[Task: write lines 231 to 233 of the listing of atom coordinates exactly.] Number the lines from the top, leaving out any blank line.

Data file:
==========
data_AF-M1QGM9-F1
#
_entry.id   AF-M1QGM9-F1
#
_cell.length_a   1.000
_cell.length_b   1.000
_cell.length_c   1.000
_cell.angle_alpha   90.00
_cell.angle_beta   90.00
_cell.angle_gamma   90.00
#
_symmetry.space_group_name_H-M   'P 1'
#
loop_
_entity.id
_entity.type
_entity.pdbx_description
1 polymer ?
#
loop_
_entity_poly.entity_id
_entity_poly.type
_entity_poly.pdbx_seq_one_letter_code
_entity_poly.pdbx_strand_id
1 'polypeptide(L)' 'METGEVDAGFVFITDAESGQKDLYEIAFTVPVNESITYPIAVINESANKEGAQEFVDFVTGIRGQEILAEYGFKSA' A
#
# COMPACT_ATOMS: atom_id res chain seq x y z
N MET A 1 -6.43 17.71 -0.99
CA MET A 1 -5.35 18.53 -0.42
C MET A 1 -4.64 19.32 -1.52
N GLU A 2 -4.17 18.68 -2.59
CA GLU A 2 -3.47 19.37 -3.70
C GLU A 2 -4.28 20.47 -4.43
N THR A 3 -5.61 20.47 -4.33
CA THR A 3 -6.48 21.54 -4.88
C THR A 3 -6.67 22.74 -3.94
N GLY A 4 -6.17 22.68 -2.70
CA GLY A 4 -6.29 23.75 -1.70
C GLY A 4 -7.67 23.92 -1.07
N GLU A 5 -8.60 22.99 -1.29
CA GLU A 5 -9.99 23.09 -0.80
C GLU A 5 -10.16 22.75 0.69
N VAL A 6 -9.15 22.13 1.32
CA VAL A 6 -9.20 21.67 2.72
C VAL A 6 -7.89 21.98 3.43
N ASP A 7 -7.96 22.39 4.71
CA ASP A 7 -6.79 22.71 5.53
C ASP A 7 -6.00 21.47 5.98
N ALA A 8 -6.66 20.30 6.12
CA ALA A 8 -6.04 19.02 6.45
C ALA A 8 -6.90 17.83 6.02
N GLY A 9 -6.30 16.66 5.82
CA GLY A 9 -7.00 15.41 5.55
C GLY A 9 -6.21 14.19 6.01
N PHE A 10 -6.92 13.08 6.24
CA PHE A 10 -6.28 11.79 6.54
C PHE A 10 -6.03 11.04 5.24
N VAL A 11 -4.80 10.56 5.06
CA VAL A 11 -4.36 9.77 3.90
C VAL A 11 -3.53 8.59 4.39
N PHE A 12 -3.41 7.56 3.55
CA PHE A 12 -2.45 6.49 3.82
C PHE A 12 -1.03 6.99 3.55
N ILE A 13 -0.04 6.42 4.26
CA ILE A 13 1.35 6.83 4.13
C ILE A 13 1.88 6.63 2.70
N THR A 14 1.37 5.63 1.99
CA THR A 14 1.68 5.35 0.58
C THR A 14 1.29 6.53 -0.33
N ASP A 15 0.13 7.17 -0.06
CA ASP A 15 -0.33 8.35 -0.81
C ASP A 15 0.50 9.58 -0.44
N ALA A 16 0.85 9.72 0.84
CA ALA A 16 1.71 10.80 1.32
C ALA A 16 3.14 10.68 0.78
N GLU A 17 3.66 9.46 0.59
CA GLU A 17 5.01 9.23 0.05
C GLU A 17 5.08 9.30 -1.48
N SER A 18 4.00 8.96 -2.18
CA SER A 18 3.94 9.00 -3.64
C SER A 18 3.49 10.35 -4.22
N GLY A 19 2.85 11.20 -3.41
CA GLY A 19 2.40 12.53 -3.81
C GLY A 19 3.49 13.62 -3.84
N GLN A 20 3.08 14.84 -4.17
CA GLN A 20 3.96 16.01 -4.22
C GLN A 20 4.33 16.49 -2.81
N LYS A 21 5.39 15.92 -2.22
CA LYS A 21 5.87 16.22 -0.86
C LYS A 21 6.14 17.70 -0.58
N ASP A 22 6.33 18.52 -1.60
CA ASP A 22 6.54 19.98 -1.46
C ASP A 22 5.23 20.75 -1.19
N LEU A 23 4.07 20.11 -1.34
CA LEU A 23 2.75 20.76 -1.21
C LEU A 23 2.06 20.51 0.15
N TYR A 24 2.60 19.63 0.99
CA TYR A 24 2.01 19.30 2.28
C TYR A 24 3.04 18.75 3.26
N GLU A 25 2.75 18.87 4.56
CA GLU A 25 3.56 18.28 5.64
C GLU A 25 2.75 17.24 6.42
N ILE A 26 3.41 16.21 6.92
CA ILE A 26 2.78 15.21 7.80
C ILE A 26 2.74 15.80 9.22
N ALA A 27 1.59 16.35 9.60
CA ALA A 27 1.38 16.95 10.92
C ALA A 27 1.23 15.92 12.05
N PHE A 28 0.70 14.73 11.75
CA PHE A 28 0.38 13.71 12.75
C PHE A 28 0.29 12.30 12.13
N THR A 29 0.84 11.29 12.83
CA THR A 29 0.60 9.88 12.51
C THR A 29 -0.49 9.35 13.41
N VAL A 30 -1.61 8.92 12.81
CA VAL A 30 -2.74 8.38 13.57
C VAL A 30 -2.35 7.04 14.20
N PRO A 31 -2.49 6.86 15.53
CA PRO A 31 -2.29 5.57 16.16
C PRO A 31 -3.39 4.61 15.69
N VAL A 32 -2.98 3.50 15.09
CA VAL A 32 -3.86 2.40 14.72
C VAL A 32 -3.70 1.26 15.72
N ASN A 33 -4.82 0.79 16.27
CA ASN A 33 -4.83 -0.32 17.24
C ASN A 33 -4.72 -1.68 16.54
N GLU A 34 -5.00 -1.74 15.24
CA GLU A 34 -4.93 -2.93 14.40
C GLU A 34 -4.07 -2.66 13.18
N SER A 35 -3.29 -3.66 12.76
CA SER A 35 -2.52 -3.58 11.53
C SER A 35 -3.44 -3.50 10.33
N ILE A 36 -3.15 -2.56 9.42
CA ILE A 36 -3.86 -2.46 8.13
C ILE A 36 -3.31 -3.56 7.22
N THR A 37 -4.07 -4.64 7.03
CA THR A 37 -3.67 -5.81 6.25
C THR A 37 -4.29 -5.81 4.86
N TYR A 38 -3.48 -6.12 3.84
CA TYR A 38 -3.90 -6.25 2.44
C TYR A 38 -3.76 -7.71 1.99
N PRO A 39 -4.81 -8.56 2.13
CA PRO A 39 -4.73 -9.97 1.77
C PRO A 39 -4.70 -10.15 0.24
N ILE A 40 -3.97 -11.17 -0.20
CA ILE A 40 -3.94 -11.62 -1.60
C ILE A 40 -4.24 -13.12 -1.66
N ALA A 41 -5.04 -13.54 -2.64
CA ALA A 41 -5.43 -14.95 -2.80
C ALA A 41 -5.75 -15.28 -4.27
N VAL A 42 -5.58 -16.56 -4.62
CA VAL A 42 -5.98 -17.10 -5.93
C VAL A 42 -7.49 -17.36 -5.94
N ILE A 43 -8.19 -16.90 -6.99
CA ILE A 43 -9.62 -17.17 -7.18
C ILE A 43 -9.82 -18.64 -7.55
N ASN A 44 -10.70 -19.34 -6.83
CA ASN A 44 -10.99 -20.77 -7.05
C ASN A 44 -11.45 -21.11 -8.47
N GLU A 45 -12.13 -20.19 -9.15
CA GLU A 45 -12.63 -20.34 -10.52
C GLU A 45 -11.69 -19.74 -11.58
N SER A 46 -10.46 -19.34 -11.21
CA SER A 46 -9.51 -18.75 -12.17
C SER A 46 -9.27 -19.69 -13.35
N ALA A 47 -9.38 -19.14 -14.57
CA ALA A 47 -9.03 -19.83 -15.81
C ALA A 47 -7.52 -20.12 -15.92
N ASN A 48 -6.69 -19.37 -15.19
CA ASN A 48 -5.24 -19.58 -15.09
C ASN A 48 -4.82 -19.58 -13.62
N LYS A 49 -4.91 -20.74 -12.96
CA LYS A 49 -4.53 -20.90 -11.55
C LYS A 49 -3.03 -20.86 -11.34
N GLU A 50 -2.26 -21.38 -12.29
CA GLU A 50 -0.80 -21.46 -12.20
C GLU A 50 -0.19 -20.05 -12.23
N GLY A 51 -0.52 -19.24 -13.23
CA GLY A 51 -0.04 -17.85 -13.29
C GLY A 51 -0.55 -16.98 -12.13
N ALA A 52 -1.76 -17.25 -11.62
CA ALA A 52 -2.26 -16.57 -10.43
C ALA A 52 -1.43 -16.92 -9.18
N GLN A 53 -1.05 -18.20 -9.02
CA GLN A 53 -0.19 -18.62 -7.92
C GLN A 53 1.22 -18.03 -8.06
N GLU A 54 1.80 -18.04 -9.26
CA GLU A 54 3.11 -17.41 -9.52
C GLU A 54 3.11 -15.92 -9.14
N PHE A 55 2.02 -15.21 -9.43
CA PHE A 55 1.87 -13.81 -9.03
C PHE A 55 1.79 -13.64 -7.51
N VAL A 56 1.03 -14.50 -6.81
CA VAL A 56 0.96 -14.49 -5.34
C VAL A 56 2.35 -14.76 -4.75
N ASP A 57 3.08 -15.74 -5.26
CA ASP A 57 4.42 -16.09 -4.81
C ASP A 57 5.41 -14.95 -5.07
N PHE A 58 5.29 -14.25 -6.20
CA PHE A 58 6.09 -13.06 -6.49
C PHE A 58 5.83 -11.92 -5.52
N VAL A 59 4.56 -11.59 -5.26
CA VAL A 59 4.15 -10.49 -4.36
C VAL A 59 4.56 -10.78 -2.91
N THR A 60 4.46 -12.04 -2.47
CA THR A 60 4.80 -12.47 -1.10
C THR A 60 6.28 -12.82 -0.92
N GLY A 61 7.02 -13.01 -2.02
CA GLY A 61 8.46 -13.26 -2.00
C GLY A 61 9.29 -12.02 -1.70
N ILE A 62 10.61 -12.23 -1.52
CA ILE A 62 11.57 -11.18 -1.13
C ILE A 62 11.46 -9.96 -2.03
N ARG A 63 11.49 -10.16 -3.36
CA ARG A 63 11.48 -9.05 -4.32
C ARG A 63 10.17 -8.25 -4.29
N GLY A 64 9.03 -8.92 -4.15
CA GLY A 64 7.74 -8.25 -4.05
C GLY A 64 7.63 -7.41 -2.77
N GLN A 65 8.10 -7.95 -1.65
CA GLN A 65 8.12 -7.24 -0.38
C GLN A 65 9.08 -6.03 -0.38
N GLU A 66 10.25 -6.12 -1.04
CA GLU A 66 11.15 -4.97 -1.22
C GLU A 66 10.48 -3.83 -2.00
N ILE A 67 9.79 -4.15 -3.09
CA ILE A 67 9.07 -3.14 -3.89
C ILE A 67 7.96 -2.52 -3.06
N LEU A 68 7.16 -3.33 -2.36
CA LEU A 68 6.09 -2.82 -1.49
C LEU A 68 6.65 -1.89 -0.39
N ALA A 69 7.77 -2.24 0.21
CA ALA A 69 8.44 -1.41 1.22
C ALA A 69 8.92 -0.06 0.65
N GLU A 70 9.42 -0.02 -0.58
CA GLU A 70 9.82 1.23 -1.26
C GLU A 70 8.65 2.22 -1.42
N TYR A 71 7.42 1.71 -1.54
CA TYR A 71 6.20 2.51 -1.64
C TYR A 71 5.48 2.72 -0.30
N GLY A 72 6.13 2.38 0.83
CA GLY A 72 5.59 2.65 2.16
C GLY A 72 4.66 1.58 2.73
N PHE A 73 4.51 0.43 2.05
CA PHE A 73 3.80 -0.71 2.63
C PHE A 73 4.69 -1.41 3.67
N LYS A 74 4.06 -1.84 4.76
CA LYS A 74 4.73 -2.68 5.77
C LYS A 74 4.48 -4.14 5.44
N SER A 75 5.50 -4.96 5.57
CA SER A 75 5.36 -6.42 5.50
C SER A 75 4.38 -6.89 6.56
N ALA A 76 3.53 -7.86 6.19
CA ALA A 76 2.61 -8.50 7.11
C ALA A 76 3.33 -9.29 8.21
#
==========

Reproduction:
C LEU A 68 6.65 -1.89 -0.39
N ALA A 69 7.77 -2.24 0.21
CA ALA A 69 8.44 -1.41 1.22